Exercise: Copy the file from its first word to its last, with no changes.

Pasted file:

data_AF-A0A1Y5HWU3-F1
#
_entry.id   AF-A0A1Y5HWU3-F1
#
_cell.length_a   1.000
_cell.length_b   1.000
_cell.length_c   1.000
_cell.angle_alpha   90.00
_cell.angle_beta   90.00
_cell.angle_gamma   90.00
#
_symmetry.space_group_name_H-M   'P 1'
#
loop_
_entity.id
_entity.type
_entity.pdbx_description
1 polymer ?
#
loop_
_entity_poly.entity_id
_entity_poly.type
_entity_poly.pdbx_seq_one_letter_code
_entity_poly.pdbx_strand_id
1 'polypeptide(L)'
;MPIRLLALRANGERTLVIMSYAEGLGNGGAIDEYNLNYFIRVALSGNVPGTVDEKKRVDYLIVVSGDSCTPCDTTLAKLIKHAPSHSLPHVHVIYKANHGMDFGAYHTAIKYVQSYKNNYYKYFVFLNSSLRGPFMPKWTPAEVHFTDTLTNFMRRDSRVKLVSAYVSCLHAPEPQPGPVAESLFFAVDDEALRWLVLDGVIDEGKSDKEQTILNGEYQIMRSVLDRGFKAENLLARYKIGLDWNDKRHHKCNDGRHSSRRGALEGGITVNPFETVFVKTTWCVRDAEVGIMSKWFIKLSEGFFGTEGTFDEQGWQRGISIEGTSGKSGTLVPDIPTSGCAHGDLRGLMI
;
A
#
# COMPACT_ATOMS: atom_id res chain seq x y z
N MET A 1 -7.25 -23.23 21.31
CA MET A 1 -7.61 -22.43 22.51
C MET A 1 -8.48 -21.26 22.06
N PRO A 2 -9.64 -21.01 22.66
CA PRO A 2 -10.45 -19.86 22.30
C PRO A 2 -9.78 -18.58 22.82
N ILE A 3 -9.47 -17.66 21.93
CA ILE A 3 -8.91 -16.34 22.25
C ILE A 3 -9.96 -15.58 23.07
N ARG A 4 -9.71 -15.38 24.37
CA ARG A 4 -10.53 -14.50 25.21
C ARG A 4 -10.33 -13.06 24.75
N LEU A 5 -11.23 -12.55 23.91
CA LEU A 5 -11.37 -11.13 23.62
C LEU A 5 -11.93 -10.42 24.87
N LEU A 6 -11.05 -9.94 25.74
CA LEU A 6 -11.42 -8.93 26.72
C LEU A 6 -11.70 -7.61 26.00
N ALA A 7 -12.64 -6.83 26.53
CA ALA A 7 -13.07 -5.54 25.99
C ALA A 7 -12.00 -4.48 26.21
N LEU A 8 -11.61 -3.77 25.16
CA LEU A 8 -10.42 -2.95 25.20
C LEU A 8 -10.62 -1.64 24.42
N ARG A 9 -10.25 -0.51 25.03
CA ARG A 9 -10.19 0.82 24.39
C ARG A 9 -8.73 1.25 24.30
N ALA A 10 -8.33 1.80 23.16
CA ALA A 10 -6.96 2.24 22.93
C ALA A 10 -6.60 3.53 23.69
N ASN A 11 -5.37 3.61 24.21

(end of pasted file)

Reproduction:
data_AF-A0A1Y5HWU3-F1
#
_entry.id   AF-A0A1Y5HWU3-F1
#
_cell.length_a   1.000
_cell.length_b   1.000
_cell.length_c   1.000
_cell.angle_alpha   90.00
_cell.angle_beta   90.00
_cell.angle_gamma   90.00
#
_symmetry.space_group_name_H-M   'P 1'
#
loop_
_entity.id
_entity.type
_entity.pdbx_description
1 polymer ?
#
loop_
_entity_poly.entity_id
_entity_poly.type
_entity_poly.pdbx_seq_one_letter_code
_entity_poly.pdbx_strand_id
1 'polypeptide(L)'
;MPIRLLALRANGERTLVIMSYAEGLGNGGAIDEYNLNYFIRVALSGNVPGTVDEKKRVDYLIVVSGDSCTPCDTTLAKLIKHAPSHSLPHVHVIYKANHGMDFGAYHTAIKYVQSYKNNYYKYFVFLNSSLRGPFMPKWTPAEVHFTDTLTNFMRRDSRVKLVSAYVSCLHAPEPQPGPVAESLFFAVDDEALRWLVLDGVIDEGKSDKEQTILNGEYQIMRSVLDRGFKAENLLARYKIGLDWNDKRHHKCNDGRHSSRRGALEGGITVNPFETVFVKTTWCVRDAEVGIMSKWFIKLSEGFFGTEGTFDEQGWQRGISIEGTSGKSGTLVPDIPTSGCAHGDLRGLMI
;
A
#
# COMPACT_ATOMS: atom_id res chain seq x y z
N MET A 1 -7.25 -23.23 21.31
CA MET A 1 -7.61 -22.43 22.51
C MET A 1 -8.48 -21.26 22.06
N PRO A 2 -9.64 -21.01 22.66
CA PRO A 2 -10.45 -19.86 22.30
C PRO A 2 -9.78 -18.58 22.82
N ILE A 3 -9.47 -17.66 21.93
CA ILE A 3 -8.91 -16.34 22.25
C ILE A 3 -9.96 -15.58 23.07
N ARG A 4 -9.71 -15.38 24.37
CA ARG A 4 -10.53 -14.50 25.21
C ARG A 4 -10.33 -13.06 24.75
N LEU A 5 -11.23 -12.55 23.91
CA LEU A 5 -11.37 -11.13 23.62
C LEU A 5 -11.93 -10.42 24.87
N LEU A 6 -11.05 -9.94 25.74
CA LEU A 6 -11.42 -8.93 26.72
C LEU A 6 -11.70 -7.61 26.00
N ALA A 7 -12.64 -6.83 26.53
CA ALA A 7 -13.07 -5.54 25.99
C ALA A 7 -12.00 -4.48 26.21
N LEU A 8 -11.61 -3.77 25.16
CA LEU A 8 -10.42 -2.95 25.20
C LEU A 8 -10.62 -1.64 24.42
N ARG A 9 -10.25 -0.51 25.03
CA ARG A 9 -10.19 0.82 24.39
C ARG A 9 -8.73 1.25 24.30
N ALA A 10 -8.33 1.80 23.16
CA ALA A 10 -6.96 2.24 22.93
C ALA A 10 -6.60 3.53 23.69
N ASN A 11 -5.37 3.61 24.21